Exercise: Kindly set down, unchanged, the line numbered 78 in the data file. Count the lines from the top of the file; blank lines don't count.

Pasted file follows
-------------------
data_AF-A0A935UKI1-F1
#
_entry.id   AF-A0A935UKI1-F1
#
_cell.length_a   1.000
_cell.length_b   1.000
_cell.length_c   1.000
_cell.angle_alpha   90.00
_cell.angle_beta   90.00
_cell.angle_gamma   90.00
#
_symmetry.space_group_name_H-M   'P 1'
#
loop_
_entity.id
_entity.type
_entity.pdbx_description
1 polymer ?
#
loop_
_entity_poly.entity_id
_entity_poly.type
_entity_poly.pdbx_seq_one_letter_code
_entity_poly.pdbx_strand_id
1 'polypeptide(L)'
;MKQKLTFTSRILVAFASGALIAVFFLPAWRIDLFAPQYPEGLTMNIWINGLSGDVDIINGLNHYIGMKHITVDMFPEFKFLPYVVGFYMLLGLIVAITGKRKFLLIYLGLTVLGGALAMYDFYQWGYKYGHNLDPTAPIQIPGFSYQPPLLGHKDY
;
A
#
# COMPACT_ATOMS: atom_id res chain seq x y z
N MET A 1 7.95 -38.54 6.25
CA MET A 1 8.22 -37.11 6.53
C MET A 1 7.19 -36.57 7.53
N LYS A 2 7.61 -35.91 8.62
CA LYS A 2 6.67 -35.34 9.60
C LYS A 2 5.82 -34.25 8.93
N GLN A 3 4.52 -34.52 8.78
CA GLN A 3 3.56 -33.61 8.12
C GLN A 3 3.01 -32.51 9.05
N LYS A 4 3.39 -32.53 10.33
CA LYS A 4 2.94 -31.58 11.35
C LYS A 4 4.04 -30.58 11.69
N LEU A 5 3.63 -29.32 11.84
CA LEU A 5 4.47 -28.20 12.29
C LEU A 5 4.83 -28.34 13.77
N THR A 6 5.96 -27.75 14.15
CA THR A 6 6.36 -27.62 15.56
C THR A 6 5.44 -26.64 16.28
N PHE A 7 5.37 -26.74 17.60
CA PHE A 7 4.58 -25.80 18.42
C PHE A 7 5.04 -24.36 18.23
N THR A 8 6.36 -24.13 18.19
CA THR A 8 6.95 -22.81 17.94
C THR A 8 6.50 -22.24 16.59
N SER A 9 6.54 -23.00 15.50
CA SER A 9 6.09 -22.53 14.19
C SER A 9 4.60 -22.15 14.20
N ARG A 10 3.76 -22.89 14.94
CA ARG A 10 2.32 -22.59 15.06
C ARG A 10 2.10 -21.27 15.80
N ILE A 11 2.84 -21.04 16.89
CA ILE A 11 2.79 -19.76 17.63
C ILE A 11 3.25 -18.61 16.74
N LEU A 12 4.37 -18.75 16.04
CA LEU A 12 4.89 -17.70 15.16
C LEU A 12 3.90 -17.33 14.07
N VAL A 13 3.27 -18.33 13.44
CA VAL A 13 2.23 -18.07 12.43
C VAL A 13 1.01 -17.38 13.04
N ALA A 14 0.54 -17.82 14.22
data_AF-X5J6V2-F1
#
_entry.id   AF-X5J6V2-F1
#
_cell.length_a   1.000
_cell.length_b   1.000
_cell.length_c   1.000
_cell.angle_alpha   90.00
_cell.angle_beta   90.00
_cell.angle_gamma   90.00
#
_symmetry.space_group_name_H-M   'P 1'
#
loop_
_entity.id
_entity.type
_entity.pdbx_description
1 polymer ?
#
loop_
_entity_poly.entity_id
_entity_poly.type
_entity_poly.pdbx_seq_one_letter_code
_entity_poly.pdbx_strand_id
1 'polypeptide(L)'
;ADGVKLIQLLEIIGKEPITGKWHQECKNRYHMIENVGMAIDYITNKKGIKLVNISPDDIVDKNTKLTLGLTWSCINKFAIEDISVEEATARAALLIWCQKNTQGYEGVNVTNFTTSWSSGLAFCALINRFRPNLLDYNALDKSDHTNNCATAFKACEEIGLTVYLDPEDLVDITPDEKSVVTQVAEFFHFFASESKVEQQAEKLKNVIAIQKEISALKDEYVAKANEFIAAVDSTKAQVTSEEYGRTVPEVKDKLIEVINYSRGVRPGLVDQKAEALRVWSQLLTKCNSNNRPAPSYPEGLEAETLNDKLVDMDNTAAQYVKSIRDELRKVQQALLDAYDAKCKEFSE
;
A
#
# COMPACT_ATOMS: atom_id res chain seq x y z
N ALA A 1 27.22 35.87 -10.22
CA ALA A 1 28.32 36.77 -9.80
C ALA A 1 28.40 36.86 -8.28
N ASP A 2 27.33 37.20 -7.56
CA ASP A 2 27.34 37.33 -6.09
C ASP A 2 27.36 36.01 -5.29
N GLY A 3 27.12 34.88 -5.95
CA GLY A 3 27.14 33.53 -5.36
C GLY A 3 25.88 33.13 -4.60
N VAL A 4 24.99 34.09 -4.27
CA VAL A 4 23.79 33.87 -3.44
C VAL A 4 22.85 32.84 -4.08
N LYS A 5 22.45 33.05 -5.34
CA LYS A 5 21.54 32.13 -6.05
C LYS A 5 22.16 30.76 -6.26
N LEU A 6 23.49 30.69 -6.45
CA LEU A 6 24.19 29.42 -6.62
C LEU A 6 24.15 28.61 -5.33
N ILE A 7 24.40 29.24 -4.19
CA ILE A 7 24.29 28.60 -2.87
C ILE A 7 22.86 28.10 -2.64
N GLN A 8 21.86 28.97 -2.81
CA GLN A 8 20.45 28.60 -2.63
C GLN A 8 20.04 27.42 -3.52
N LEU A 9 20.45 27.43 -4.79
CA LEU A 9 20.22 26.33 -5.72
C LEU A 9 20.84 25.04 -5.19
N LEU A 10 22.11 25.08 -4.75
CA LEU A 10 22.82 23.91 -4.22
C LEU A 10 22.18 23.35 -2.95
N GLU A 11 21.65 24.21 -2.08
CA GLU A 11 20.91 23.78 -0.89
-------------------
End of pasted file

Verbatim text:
_cell.angle_alpha   90.00